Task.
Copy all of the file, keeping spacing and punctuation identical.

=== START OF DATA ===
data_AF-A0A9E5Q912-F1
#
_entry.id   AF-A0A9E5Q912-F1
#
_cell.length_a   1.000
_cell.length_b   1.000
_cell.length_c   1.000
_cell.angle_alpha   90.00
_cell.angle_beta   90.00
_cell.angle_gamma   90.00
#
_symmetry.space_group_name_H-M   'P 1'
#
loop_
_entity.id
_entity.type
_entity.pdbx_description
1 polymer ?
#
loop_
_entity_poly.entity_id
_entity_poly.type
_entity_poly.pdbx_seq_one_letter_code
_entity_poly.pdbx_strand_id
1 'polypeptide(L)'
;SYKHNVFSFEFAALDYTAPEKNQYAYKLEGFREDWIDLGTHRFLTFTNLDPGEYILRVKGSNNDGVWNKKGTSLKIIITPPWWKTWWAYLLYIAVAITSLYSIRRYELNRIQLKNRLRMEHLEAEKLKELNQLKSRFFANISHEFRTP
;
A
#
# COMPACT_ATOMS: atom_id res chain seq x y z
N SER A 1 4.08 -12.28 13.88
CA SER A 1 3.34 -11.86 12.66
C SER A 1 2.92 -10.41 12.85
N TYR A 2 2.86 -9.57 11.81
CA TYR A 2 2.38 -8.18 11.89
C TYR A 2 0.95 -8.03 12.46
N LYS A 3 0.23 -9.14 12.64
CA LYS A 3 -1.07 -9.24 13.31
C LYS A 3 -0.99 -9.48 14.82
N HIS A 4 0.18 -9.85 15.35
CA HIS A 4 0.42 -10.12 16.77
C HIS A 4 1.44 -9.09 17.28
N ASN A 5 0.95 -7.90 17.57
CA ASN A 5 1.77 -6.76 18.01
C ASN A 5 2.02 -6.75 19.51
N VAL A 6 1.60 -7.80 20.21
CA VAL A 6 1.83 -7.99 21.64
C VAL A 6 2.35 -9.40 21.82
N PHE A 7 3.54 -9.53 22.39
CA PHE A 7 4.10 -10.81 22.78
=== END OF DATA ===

data_AF-A0A9E5Q912-F1
#
_entry.id   AF-A0A9E5Q912-F1
#
_cell.length_a   1.000
_cell.length_b   1.000
_cell.length_c   1.000
_cell.angle_alpha   90.00
_cell.angle_beta   90.00
_cell.angle_gamma   90.00
#
_symmetry.space_group_name_H-M   'P 1'
#
loop_
_entity.id
_entity.type
_entity.pdbx_description
1 polymer ?
#
loop_
_entity_poly.entity_id
_entity_poly.type
_entity_poly.pdbx_seq_one_letter_code
_entity_poly.pdbx_strand_id
1 'polypeptide(L)'
;SYKHNVFSFEFAALDYTAPEKNQYAYKLEGFREDWIDLGTHRFLTFTNLDPGEYILRVKGSNNDGVWNKKGTSLKIIITPPWWKTWWAYLLYIAVAITSLYSIRRYELNRIQLKNRLRMEHLEAEKLKELNQLKSRFFANISHEFRTP
;
A
#
# COMPACT_ATOMS: atom_id res chain seq x y z
N SER A 1 4.08 -12.28 13.88
CA SER A 1 3.34 -11.86 12.66
C SER A 1 2.92 -10.41 12.85
N TYR A 2 2.86 -9.57 11.81
CA TYR A 2 2.38 -8.18 11.89
C TYR A 2 0.95 -8.03 12.46
N LYS A 3 0.23 -9.14 12.64
CA LYS A 3 -1.07 -9.24 13.31
C LYS A 3 -0.99 -9.48 14.82
N HIS A 4 0.18 -9.85 15.35
CA HIS A 4 0.42 -10.12 16.77
C HIS A 4 1.44 -9.09 17.28
N ASN A 5 0.95 -7.90 17.57
CA ASN A 5 1.77 -6.76 18.01
C ASN A 5 2.02 -6.75 19.51
N VAL A 6 1.60 -7.80 20.21
CA VAL A 6 1.83 -7.99 21.64
C VAL A 6 2.35 -9.40 21.82
N PHE A 7 3.54 -9.53 22.39
CA PHE A 7 4.10 -10.81 22.78